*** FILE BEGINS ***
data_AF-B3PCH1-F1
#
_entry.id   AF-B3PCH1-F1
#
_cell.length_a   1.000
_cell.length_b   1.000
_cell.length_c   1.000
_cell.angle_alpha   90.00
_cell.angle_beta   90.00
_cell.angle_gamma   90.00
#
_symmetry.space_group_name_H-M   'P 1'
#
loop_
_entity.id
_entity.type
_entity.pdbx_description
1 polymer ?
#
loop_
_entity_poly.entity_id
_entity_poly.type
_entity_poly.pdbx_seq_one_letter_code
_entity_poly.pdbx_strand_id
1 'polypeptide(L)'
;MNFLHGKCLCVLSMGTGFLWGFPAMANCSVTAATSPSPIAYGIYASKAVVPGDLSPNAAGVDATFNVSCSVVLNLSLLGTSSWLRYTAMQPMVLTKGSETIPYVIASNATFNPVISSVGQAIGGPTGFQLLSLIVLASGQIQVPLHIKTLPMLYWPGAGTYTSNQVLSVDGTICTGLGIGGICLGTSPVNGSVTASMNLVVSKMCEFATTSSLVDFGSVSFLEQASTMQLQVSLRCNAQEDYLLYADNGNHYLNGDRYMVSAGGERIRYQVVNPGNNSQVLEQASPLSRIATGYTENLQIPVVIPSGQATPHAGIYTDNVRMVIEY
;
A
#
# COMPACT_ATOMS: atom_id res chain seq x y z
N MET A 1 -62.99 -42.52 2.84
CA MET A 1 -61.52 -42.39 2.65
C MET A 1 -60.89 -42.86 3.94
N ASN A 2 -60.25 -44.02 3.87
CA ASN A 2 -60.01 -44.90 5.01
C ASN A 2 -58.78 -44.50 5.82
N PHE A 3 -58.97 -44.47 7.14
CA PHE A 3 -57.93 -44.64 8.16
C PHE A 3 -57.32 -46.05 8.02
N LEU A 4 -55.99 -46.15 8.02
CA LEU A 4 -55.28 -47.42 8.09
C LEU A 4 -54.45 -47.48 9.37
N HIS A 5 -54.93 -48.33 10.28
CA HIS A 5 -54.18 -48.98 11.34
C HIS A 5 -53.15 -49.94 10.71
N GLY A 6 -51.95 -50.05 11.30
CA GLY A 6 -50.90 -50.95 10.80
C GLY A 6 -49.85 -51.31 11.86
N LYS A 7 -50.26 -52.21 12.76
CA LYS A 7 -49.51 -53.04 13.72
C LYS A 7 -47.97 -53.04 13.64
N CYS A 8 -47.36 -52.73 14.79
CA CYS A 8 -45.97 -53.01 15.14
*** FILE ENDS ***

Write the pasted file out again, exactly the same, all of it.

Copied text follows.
data_AF-B3PCH1-F1
#
_entry.id   AF-B3PCH1-F1
#
_cell.length_a   1.000
_cell.length_b   1.000
_cell.length_c   1.000
_cell.angle_alpha   90.00
_cell.angle_beta   90.00
_cell.angle_gamma   90.00
#
_symmetry.space_group_name_H-M   'P 1'
#
loop_
_entity.id
_entity.type
_entity.pdbx_description
1 polymer ?
#
loop_
_entity_poly.entity_id
_entity_poly.type
_entity_poly.pdbx_seq_one_letter_code
_entity_poly.pdbx_strand_id
1 'polypeptide(L)'
;MNFLHGKCLCVLSMGTGFLWGFPAMANCSVTAATSPSPIAYGIYASKAVVPGDLSPNAAGVDATFNVSCSVVLNLSLLGTSSWLRYTAMQPMVLTKGSETIPYVIASNATFNPVISSVGQAIGGPTGFQLLSLIVLASGQIQVPLHIKTLPMLYWPGAGTYTSNQVLSVDGTICTGLGIGGICLGTSPVNGSVTASMNLVVSKMCEFATTSSLVDFGSVSFLEQASTMQLQVSLRCNAQEDYLLYADNGNHYLNGDRYMVSAGGERIRYQVVNPGNNSQVLEQASPLSRIATGYTENLQIPVVIPSGQATPHAGIYTDNVRMVIEY
;
A
#
# COMPACT_ATOMS: atom_id res chain seq x y z
N MET A 1 -62.99 -42.52 2.84
CA MET A 1 -61.52 -42.39 2.65
C MET A 1 -60.89 -42.86 3.94
N ASN A 2 -60.25 -44.02 3.87
CA ASN A 2 -60.01 -44.90 5.01
C ASN A 2 -58.78 -44.50 5.82
N PHE A 3 -58.97 -44.47 7.14
CA PHE A 3 -57.93 -44.64 8.16
C PHE A 3 -57.32 -46.05 8.02
N LEU A 4 -55.99 -46.15 8.02
CA LEU A 4 -55.28 -47.42 8.09
C LEU A 4 -54.45 -47.48 9.37
N HIS A 5 -54.93 -48.33 10.28
CA HIS A 5 -54.18 -48.98 11.34
C HIS A 5 -53.15 -49.94 10.71
N GLY A 6 -51.95 -50.05 11.30
CA GLY A 6 -50.90 -50.95 10.80
C GLY A 6 -49.85 -51.31 11.86
N LYS A 7 -50.26 -52.21 12.76
CA LYS A 7 -49.51 -53.04 13.72
C LYS A 7 -47.97 -53.04 13.64
N CYS A 8 -47.36 -52.73 14.79
CA CYS A 8 -45.97 -53.01 15.14